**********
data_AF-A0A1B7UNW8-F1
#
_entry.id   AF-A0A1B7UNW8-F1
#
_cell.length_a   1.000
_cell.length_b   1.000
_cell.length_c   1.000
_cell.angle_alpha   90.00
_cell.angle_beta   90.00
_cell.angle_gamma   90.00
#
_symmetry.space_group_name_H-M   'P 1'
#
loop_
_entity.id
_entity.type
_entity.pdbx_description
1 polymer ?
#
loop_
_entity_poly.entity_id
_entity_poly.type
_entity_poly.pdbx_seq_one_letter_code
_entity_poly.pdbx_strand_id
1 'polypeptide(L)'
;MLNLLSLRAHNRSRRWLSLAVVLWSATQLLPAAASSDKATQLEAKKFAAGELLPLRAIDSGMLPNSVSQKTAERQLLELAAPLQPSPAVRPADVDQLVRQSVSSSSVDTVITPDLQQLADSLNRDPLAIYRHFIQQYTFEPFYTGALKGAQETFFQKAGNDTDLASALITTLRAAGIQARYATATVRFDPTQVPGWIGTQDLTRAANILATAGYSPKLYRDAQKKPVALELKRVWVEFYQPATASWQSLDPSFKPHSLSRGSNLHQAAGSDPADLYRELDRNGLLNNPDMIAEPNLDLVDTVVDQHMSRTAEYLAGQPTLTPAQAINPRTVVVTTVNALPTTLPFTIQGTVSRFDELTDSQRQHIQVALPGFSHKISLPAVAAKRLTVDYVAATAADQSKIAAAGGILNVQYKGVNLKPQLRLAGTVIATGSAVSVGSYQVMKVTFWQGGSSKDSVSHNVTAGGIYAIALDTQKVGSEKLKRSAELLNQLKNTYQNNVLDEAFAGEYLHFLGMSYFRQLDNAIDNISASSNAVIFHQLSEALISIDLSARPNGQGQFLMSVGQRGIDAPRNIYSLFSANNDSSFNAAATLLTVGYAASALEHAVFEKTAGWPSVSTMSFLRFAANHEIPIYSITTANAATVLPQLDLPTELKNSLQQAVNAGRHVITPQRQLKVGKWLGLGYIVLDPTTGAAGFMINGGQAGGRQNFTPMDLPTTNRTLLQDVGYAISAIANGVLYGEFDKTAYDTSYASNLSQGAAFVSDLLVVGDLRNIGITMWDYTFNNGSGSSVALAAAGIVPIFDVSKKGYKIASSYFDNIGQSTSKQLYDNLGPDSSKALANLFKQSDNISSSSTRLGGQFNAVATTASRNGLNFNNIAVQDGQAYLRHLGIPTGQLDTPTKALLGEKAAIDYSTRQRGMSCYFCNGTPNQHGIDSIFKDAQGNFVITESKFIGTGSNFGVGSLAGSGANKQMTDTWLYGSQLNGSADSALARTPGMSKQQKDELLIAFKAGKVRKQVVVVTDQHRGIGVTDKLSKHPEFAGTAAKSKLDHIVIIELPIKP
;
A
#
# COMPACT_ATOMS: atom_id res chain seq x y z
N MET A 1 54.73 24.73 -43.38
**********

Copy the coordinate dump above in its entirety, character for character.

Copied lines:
data_AF-A0A1B7UNW8-F1
#
_entry.id   AF-A0A1B7UNW8-F1
#
_cell.length_a   1.000
_cell.length_b   1.000
_cell.length_c   1.000
_cell.angle_alpha   90.00
_cell.angle_beta   90.00
_cell.angle_gamma   90.00
#
_symmetry.space_group_name_H-M   'P 1'
#
loop_
_entity.id
_entity.type
_entity.pdbx_description
1 polymer ?
#
loop_
_entity_poly.entity_id
_entity_poly.type
_entity_poly.pdbx_seq_one_letter_code
_entity_poly.pdbx_strand_id
1 'polypeptide(L)'
;MLNLLSLRAHNRSRRWLSLAVVLWSATQLLPAAASSDKATQLEAKKFAAGELLPLRAIDSGMLPNSVSQKTAERQLLELAAPLQPSPAVRPADVDQLVRQSVSSSSVDTVITPDLQQLADSLNRDPLAIYRHFIQQYTFEPFYTGALKGAQETFFQKAGNDTDLASALITTLRAAGIQARYATATVRFDPTQVPGWIGTQDLTRAANILATAGYSPKLYRDAQKKPVALELKRVWVEFYQPATASWQSLDPSFKPHSLSRGSNLHQAAGSDPADLYRELDRNGLLNNPDMIAEPNLDLVDTVVDQHMSRTAEYLAGQPTLTPAQAINPRTVVVTTVNALPTTLPFTIQGTVSRFDELTDSQRQHIQVALPGFSHKISLPAVAAKRLTVDYVAATAADQSKIAAAGGILNVQYKGVNLKPQLRLAGTVIATGSAVSVGSYQVMKVTFWQGGSSKDSVSHNVTAGGIYAIALDTQKVGSEKLKRSAELLNQLKNTYQNNVLDEAFAGEYLHFLGMSYFRQLDNAIDNISASSNAVIFHQLSEALISIDLSARPNGQGQFLMSVGQRGIDAPRNIYSLFSANNDSSFNAAATLLTVGYAASALEHAVFEKTAGWPSVSTMSFLRFAANHEIPIYSITTANAATVLPQLDLPTELKNSLQQAVNAGRHVITPQRQLKVGKWLGLGYIVLDPTTGAAGFMINGGQAGGRQNFTPMDLPTTNRTLLQDVGYAISAIANGVLYGEFDKTAYDTSYASNLSQGAAFVSDLLVVGDLRNIGITMWDYTFNNGSGSSVALAAAGIVPIFDVSKKGYKIASSYFDNIGQSTSKQLYDNLGPDSSKALANLFKQSDNISSSSTRLGGQFNAVATTASRNGLNFNNIAVQDGQAYLRHLGIPTGQLDTPTKALLGEKAAIDYSTRQRGMSCYFCNGTPNQHGIDSIFKDAQGNFVITESKFIGTGSNFGVGSLAGSGANKQMTDTWLYGSQLNGSADSALARTPGMSKQQKDELLIAFKAGKVRKQVVVVTDQHRGIGVTDKLSKHPEFAGTAAKSKLDHIVIIELPIKP
;
A
#
# COMPACT_ATOMS: atom_id res chain seq x y z
N MET A 1 54.73 24.73 -43.38